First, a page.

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Canada Tax: Canadian Business Demands More Tax Breaks for Green Investment

A new global survey by workspace solutions provider Regus, has found that 68% of Canadian companies have declared that government tax breaks are required to accelerate adoption of green investment.

The Regus survey revealed that only 37% of companies worldwide actually measure their emissions and less than a fifth of companies (19%) measure the carbon footprint left by their activities. 46% of companies globally declare that they will only invest in low-carbon equipment if the operating costs are the same or lower than those of conventional equipment. A disappointing 40% have invested in low-carbon equipment to-date and only 38% have a company policy to do so.

In Canada specifically, the survey found that only 9% of companies monitor their carbon footprint, the lowest percentage globally. Less than a quarter (24%) of businesses had a corporate policy to invest in energy efficient equipment. Operating costs were found to be important to 32% of companies, that declared they would only invest in low-carbon equipment if it were cheaper or the same to run as conventional equipment. Finally 68% of companies stated that if the government offered tax incentives to invest in energy efficient or low-carbon equipment, businesses would significantly accelerate their green investments.

Small companies globally are below average on their actual level of green investment, indicating that smaller businesses are harder pressed to select low-carbon equipment when it comes at marginally higher price, as short-term needs are more urgent than long-term investments. In Canada only 8% of small and medium businesses monitor their carbon footprint compared to 23% of large businesses. Similarly only 38% of small businesses had invested in low carbon equipment compared to 69% of large businesses.

The survey also analyzed sector differences. Only 10% of companies in the consultancy services sector measure their carbon footprint, although 38% have invested in low-carbon technology. Although 52% of consulting companies declare that the majority of equipment they use is energy efficient, only 21% have a policy to purchase low-carbon technology. Similarly 60% of companies in the manufacturing sector declare that the majority of the equipment they use is low-carbon emitting, however only 20% have a policy to purchase this type of equipment. These findings can perhaps be read as an indication that costly green equipment has already been adopted more in Canada than the rest of the globe and only the commoditization of low carbon equipment as well as tax incentives could accelerate the rate of green investment.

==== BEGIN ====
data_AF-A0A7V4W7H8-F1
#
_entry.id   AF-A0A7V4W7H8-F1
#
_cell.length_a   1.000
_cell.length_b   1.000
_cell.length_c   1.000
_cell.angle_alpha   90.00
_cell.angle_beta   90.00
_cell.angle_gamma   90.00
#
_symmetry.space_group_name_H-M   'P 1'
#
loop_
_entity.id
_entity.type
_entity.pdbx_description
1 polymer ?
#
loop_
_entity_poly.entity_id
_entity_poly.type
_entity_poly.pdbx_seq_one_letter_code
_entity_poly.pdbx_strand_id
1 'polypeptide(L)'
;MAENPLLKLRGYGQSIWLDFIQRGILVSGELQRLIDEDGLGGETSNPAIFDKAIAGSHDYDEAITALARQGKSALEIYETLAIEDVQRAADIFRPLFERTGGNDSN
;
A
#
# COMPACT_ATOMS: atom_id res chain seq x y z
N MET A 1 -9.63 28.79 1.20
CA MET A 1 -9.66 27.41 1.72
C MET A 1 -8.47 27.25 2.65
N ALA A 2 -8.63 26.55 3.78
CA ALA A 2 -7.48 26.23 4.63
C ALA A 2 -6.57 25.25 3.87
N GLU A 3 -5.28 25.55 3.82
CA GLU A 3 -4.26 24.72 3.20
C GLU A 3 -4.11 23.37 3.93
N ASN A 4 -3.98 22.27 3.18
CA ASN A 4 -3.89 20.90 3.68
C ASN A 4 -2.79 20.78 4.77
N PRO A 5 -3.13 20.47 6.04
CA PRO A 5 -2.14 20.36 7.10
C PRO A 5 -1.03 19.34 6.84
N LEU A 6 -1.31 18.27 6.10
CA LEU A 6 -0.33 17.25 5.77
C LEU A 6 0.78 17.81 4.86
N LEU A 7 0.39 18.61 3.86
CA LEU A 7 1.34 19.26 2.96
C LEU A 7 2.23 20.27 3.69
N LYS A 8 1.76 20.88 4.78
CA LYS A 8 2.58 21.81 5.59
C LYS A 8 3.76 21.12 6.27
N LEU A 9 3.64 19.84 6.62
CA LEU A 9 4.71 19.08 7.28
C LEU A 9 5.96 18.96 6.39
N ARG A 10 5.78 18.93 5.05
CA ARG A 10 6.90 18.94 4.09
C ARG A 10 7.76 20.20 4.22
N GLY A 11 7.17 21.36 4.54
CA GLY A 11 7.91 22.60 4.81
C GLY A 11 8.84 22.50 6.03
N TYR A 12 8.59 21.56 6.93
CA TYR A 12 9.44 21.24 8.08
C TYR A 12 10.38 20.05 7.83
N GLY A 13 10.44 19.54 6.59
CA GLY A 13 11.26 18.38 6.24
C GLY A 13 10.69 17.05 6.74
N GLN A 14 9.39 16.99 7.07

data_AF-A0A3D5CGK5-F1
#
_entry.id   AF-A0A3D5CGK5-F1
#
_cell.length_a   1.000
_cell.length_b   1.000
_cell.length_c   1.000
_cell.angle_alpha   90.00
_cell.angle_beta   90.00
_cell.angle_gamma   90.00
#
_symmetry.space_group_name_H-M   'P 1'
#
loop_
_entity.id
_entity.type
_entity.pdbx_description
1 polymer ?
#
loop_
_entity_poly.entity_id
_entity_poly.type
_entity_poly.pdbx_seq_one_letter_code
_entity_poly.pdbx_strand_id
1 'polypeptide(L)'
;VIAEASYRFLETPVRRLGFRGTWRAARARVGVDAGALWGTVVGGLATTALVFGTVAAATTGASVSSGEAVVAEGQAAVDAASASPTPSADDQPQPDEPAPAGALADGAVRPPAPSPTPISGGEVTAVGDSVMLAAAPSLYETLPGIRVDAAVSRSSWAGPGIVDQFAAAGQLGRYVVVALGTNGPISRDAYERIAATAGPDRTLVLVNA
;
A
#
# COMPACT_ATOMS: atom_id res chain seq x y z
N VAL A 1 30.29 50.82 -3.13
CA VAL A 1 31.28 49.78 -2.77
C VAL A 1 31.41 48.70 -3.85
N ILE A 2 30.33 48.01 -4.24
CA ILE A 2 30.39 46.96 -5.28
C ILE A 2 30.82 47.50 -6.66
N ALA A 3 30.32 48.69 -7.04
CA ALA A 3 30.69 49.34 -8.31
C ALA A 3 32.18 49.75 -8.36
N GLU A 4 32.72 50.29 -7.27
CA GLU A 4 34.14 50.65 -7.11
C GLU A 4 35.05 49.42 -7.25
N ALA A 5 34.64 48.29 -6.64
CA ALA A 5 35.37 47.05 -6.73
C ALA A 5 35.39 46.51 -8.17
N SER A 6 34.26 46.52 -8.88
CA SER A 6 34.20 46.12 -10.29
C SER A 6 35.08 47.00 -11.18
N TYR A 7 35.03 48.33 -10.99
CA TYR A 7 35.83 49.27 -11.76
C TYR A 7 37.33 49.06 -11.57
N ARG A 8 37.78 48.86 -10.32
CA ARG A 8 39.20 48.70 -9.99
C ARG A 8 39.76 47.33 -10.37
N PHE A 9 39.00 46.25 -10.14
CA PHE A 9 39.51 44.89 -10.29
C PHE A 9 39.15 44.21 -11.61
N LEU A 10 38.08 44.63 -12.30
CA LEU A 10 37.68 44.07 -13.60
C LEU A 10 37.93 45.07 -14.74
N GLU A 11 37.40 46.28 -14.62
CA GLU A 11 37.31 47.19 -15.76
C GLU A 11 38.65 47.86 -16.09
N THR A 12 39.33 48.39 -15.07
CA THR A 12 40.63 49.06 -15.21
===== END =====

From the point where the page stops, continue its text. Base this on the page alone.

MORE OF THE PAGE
Wes Lenci, Regional Vice President, Regus Canada, comments:

"Adoption of green equipment and monitoring initiatives is still disappointingly low, particularly for smaller companies. Yet small and medium-sized companies account for half of any country's business makeup With reports indicating that as a result of the Harper government failing to keep pace with renewable energy investments made by the Obama administration, Canada is losing out on approximately 66,000 jobs. If the government is serious about meeting ambitious carbon emission reduction targets by mid-century, then it needs to further incentivize the change. At the moment, low-carbon business technology is often limited in range and sold at premium pricing. This is proving an obstacle for businesses to invest. Tax breaks will help enormously, as our survey shows, and by accelerating implementation, will also help to create a mass market where unit prices fall."

"Environmental investments are not limited to technology alone, but need to be applicable to all effective and measurable environmental initiatives, such as the minimization of premises under-occupancy. Conservative estimates hold that 38% of office space is unoccupied at any given time, yet that space is still being heated, cooled and lit, generating tons of unnecessary carbon emissions each year. Reducing office under-occupancy should therefore be just as eligible for tax breaks as low-energy equipment."
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